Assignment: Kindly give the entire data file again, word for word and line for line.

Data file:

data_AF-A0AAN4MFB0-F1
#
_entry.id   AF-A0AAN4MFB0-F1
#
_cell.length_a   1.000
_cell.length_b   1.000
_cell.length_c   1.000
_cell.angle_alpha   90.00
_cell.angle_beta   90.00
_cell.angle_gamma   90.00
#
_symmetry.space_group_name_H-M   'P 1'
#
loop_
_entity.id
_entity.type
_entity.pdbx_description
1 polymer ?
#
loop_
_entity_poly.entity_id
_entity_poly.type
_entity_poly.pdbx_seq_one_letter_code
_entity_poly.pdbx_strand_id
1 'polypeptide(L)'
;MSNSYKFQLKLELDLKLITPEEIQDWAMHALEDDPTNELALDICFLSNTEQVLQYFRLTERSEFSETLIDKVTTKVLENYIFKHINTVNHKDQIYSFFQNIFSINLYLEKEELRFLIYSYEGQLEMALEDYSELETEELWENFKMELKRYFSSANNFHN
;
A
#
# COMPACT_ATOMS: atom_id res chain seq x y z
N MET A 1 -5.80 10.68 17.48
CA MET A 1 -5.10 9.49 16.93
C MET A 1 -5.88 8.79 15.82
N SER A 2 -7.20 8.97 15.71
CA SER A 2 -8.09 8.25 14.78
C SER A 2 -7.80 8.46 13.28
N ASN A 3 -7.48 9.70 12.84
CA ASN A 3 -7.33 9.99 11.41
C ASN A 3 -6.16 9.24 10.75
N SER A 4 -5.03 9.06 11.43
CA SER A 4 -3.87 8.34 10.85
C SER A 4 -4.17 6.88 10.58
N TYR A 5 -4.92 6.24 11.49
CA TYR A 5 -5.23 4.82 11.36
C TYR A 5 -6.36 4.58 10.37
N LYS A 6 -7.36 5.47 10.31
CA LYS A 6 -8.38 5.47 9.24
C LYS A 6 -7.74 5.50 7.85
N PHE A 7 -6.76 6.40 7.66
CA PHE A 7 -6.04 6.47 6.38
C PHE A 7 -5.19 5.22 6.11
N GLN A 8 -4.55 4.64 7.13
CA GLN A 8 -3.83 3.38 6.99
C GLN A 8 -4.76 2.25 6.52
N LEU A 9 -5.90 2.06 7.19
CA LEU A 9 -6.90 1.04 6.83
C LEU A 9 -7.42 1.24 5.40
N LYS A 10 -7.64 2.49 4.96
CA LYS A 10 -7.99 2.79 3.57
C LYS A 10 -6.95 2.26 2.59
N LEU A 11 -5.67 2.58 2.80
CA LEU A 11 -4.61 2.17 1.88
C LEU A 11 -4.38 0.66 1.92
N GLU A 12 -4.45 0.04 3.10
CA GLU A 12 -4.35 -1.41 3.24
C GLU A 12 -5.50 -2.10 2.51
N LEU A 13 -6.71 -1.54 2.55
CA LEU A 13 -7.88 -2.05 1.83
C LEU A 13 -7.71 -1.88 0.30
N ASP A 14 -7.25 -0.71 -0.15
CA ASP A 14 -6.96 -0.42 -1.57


data_AF-A0AAN4MFB0-F1
#
_entry.id   AF-A0AAN4MFB0-F1
#
_cell.length_a   1.000
_cell.length_b   1.000
_cell.length_c   1.000
_cell.angle_alpha   90.00
_cell.angle_beta   90.00
_cell.angle_gamma   90.00
#
_symmetry.space_group_name_H-M   'P 1'
#
loop_
_entity.id
_entity.type
_entity.pdbx_description
1 polymer ?
#
loop_
_entity_poly.entity_id
_entity_poly.type
_entity_poly.pdbx_seq_one_letter_code
_entity_poly.pdbx_strand_id
1 'polypeptide(L)'
;MSNSYKFQLKLELDLKLITPEEIQDWAMHALEDDPTNELALDICFLSNTEQVLQYFRLTERSEFSETLIDKVTTKVLENYIFKHINTVNHKDQIYSFFQNIFSINLYLEKEELRFLIYSYEGQLEMALEDYSELETEELWENFKMELKRYFSSANNFHN
;
A
#
# COMPACT_ATOMS: atom_id res chain seq x y z
N MET A 1 -5.80 10.68 17.48
CA MET A 1 -5.10 9.49 16.93
C MET A 1 -5.88 8.79 15.82
N SER A 2 -7.20 8.97 15.71
CA SER A 2 -8.09 8.25 14.78
C SER A 2 -7.80 8.46 13.28
N ASN A 3 -7.48 9.70 12.84
CA ASN A 3 -7.33 9.99 11.41
C ASN A 3 -6.16 9.24 10.75
N SER A 4 -5.03 9.06 11.43
CA SER A 4 -3.87 8.34 10.85
C SER A 4 -4.17 6.88 10.58
N TYR A 5 -4.92 6.24 11.49
CA TYR A 5 -5.23 4.82 11.36
C TYR A 5 -6.36 4.58 10.37
N LYS A 6 -7.36 5.47 10.31
CA LYS A 6 -8.38 5.47 9.24
C LYS A 6 -7.74 5.50 7.85
N PHE A 7 -6.76 6.40 7.66
CA PHE A 7 -6.04 6.47 6.38
C PHE A 7 -5.19 5.22 6.11
N GLN A 8 -4.55 4.64 7.13
CA GLN A 8 -3.83 3.38 6.99
C GLN A 8 -4.76 2.25 6.52
N LEU A 9 -5.90 2.06 7.19
CA LEU A 9 -6.90 1.04 6.83
C LEU A 9 -7.42 1.24 5.40
N LYS A 10 -7.64 2.49 4.96
CA LYS A 10 -7.99 2.79 3.57
C LYS A 10 -6.95 2.26 2.59
N LEU A 11 -5.67 2.58 2.80
CA LEU A 11 -4.61 2.17 1.88
C LEU A 11 -4.38 0.66 1.92
N GLU A 12 -4.45 0.04 3.10
CA GLU A 12 -4.35 -1.41 3.24
C GLU A 12 -5.50 -2.10 2.51
N LEU A 13 -6.71 -1.54 2.55
CA LEU A 13 -7.88 -2.05 1.83
C LEU A 13 -7.71 -1.88 0.30
N ASP A 14 -7.25 -0.71 -0.15
CA ASP A 14 -6.96 -0.42 -1.57